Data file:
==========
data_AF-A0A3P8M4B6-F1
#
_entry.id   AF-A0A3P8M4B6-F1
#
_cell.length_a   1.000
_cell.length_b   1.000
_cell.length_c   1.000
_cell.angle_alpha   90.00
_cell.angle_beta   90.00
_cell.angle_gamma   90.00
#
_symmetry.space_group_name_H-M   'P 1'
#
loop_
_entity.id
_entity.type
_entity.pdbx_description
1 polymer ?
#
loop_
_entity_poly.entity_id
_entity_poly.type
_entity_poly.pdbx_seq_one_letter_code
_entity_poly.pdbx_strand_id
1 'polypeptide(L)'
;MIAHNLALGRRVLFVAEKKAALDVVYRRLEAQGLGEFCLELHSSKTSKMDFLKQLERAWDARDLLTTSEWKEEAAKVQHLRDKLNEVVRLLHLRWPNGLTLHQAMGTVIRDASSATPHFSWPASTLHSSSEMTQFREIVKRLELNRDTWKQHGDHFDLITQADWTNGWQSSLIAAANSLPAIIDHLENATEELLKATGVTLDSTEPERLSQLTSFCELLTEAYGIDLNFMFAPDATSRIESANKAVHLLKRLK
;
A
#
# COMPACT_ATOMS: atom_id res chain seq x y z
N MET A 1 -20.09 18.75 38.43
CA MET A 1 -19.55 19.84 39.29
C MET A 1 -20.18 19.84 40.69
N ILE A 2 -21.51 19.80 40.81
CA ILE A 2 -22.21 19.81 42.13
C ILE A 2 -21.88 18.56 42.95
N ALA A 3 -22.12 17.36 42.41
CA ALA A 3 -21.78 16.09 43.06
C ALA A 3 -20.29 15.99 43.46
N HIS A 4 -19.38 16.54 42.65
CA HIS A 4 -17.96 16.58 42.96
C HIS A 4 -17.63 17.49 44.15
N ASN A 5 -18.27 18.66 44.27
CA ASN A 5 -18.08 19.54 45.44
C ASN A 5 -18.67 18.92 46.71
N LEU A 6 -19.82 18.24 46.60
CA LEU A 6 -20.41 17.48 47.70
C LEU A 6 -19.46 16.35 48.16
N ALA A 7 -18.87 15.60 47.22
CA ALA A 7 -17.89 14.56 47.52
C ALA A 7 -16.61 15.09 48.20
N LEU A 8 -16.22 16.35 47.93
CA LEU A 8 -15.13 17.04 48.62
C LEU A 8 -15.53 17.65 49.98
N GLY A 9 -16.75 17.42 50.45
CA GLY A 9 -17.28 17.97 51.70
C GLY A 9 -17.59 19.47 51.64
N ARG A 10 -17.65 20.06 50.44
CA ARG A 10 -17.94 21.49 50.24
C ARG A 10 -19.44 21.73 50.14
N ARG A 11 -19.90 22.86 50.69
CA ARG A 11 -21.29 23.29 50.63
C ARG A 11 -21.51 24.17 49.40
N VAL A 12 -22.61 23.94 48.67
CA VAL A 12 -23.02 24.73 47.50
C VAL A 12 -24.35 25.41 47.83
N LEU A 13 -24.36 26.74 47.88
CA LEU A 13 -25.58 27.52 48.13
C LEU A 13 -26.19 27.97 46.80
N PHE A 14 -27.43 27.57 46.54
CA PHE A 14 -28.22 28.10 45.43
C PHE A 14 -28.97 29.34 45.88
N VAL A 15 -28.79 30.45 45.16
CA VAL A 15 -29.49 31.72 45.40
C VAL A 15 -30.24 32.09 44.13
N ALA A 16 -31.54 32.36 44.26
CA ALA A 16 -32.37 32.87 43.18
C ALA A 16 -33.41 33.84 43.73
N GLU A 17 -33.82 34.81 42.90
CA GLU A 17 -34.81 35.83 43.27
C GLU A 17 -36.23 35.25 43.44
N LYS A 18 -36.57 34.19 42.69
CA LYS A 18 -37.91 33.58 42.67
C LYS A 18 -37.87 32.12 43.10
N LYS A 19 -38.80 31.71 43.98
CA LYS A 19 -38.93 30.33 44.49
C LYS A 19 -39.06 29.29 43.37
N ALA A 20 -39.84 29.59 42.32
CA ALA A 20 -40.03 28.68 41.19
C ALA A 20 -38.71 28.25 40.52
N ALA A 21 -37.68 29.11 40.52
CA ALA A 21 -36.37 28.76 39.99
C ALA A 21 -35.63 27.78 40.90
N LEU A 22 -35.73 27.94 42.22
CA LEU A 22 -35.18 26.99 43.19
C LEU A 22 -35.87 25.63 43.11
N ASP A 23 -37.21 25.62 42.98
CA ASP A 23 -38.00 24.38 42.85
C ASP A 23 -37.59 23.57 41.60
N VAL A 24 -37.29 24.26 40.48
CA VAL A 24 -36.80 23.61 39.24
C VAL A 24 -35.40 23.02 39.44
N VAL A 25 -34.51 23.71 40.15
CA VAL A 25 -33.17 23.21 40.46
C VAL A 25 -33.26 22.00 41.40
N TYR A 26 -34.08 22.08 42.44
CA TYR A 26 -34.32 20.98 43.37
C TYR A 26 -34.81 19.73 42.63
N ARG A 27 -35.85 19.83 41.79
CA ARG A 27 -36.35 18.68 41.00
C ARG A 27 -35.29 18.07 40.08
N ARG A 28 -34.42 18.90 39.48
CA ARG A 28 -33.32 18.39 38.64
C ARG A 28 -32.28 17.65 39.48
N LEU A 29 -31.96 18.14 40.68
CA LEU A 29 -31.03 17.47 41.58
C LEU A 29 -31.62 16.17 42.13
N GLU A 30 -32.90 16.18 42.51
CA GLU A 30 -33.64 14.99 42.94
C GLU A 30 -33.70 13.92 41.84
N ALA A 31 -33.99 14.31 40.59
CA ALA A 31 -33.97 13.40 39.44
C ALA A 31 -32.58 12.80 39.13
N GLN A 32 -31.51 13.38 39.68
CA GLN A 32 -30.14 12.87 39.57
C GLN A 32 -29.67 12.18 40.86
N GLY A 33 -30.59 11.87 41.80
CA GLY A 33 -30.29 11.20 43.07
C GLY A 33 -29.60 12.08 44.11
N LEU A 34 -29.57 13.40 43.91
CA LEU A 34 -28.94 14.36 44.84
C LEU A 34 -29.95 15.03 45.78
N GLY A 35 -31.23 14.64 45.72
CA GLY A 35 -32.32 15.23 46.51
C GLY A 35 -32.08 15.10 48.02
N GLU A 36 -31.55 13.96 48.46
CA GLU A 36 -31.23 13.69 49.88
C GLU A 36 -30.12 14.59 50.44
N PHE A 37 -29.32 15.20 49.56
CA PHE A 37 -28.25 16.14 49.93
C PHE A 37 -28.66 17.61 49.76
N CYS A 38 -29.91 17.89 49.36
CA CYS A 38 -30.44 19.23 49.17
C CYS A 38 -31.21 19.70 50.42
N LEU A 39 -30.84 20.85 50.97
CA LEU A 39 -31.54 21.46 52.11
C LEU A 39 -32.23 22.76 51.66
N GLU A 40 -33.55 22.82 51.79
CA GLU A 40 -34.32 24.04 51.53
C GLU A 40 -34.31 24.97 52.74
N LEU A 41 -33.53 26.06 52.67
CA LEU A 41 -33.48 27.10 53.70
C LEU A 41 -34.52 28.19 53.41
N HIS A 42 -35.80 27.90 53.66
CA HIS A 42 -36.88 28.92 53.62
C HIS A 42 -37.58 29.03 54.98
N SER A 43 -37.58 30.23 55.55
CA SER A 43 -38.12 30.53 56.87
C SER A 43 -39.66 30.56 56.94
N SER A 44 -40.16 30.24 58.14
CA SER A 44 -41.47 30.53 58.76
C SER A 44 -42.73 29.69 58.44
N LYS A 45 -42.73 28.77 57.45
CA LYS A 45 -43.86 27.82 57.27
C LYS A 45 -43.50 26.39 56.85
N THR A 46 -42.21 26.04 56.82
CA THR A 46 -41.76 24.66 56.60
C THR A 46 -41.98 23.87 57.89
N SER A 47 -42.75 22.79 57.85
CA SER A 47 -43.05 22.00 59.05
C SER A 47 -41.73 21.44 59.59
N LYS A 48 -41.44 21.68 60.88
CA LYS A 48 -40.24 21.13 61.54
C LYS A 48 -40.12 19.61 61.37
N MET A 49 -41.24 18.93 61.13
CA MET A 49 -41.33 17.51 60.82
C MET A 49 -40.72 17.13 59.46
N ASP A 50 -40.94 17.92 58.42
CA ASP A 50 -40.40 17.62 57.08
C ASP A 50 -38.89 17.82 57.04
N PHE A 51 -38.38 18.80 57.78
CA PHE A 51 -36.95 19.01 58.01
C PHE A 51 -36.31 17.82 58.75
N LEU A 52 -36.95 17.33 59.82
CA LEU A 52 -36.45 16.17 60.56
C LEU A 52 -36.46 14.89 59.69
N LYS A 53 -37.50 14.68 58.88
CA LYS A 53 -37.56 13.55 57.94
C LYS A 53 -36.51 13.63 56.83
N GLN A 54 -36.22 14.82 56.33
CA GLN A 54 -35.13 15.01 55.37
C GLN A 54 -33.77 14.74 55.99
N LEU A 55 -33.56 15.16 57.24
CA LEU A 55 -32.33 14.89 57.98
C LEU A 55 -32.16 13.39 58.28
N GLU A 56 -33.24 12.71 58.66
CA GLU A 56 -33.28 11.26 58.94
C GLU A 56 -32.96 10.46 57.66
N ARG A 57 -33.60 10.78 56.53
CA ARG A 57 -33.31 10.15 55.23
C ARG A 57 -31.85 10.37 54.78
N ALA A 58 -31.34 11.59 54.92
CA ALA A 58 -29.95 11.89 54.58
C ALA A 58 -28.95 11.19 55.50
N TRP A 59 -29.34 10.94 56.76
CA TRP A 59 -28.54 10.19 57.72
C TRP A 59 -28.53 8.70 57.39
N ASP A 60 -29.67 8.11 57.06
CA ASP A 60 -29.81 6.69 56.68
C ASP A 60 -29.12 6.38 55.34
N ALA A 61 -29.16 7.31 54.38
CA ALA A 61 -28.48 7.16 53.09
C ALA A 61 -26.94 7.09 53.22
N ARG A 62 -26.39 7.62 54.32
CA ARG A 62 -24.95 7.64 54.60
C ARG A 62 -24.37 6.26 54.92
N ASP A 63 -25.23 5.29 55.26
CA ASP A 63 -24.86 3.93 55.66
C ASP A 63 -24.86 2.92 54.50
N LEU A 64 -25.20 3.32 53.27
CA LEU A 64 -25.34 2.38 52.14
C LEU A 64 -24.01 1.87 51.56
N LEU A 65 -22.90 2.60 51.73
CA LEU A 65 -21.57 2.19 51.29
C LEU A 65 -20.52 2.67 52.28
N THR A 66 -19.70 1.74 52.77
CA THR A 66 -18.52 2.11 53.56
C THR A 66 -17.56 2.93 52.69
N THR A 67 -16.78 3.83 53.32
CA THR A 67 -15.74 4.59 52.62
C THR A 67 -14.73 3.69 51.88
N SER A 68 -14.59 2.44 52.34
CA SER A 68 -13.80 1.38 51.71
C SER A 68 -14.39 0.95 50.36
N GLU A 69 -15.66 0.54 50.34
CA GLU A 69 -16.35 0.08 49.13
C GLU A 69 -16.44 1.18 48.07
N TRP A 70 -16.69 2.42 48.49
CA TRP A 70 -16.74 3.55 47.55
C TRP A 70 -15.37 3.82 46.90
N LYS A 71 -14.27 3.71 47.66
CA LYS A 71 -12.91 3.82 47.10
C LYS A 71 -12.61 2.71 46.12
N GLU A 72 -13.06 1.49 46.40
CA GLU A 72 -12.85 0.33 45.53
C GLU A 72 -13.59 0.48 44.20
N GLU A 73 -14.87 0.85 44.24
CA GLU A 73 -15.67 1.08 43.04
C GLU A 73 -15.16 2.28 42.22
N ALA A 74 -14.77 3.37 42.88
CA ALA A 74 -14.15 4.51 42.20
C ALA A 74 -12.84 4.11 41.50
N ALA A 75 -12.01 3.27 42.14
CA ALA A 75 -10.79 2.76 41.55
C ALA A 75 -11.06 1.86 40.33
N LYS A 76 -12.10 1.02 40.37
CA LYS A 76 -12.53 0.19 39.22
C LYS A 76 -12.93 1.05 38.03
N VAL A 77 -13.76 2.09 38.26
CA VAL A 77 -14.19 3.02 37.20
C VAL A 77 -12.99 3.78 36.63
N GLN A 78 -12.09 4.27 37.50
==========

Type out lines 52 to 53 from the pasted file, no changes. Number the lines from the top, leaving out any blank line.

N LEU A 8 -16.22 16.35 47.93
CA LEU A 8 -15.13 17.04 48.62